Green Desert has been a wonderful sire and is proving to be a very good sire of sires in the tradition of his father and grandfather. Three sons of Green Desert, Oasis Dream, Invincible Spirit and Cape Cross have become consistent grade/group one stakes winning sires. Oasis Dream is the sire of Midday, Power, Naaqoos, and Prohibit. Invincible Spirit is the sire of champions Kingman, Moonlight Cloud and Fleeting Spirit as well as group one winners Lawman, Vale Of York, and Charm Spirit. Cape Cross is the sire of champions Ouija Board and Sea The Stars and group one winner Able One. Sea The Stars has already sired Sea The Moon and Taghrooda while Ouija Board has produced Epsom Derby winner Australia.
Danehill. Here we have the all time leading sire of stakes winners in history, I kid you not. The sensational Danehill has been a revelation in both the northern and southern hemispheres. He sired an astounding two thousand four-hundred and nine foals in his stud career. Three-hundred and fifty-five of these are stakes winners. He led the English/Irish sire list three times, the French list twice, and the Australian leading sire list a sensational nine times. He has sons scattered all around the world that are siring grade/group one stakes winners as well as leading sire lists in many top flight regions.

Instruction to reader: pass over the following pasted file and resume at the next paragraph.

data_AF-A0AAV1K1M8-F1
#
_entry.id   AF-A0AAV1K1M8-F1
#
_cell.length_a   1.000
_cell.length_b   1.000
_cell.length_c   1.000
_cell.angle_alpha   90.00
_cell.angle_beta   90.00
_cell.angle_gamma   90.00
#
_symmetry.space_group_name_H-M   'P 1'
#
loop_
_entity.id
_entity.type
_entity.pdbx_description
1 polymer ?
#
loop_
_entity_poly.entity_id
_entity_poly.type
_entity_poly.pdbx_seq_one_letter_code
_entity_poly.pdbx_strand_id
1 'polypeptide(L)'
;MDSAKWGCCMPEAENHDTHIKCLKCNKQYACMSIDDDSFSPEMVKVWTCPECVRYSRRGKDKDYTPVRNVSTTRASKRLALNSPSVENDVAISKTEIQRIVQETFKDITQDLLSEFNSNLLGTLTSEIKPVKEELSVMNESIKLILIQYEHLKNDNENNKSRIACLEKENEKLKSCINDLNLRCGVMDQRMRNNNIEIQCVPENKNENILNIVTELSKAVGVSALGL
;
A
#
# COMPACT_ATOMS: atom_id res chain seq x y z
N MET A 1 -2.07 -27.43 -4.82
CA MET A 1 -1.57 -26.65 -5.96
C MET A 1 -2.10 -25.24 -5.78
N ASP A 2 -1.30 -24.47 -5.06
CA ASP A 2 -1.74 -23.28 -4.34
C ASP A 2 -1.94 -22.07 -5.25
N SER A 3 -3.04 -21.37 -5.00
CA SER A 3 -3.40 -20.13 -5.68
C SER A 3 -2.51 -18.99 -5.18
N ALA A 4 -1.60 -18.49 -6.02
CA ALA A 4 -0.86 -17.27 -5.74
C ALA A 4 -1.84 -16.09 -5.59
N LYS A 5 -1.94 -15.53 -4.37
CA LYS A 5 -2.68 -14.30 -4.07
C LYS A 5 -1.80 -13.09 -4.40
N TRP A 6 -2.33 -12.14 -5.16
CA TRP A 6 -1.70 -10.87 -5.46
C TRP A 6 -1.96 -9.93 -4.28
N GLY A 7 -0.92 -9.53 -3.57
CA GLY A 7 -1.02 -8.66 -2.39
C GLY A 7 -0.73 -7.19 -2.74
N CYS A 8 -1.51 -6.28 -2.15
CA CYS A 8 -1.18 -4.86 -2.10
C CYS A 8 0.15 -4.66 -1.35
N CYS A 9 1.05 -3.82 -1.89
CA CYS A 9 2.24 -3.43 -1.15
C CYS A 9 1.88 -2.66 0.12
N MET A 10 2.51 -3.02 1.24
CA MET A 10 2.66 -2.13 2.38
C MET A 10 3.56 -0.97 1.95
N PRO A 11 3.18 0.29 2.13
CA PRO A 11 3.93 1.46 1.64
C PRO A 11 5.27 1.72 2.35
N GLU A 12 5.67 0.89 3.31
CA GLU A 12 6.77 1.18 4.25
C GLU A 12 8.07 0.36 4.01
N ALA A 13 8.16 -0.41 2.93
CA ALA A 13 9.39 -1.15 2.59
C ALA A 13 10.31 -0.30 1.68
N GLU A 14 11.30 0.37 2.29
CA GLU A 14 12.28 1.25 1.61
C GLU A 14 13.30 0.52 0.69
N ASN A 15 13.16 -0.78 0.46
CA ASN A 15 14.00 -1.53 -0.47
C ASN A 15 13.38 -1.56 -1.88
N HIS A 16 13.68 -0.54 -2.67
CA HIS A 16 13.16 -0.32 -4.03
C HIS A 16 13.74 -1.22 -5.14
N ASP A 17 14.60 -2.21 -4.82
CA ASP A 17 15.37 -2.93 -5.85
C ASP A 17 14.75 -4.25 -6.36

Among the best of Danehill’s get are Dylan Thomas (Irish Derby, Irish Champion Stakes twice, King George VI and Queen Elizabeth Stakes, Prix de l’Arc de Triomphe), Desert King (Irish 2000 Guineas, Irish Derby), Redoute’s Choice (Caulfield Guineas, C F Orr Stakes), North Light (Epsom Derby), Dansili (Prix Edmond Blanc), Champs Elysees (Canadian International, Northern Dancer Stakes, Hollywood Turf Cup), Danehill Dancer (Phoenix Stakes, Irish National Stakes), Rock Of Gibraltar (2000 Guineas, Irish 2000 Guineas, Sussex Stakes, St. James Palace Stakes, Prix du Moulin, Dewhurst Stakes, Grand Criterium), and Exceed and Excel (Dubai Racing Club Cup, VRC Newmarket Stakes).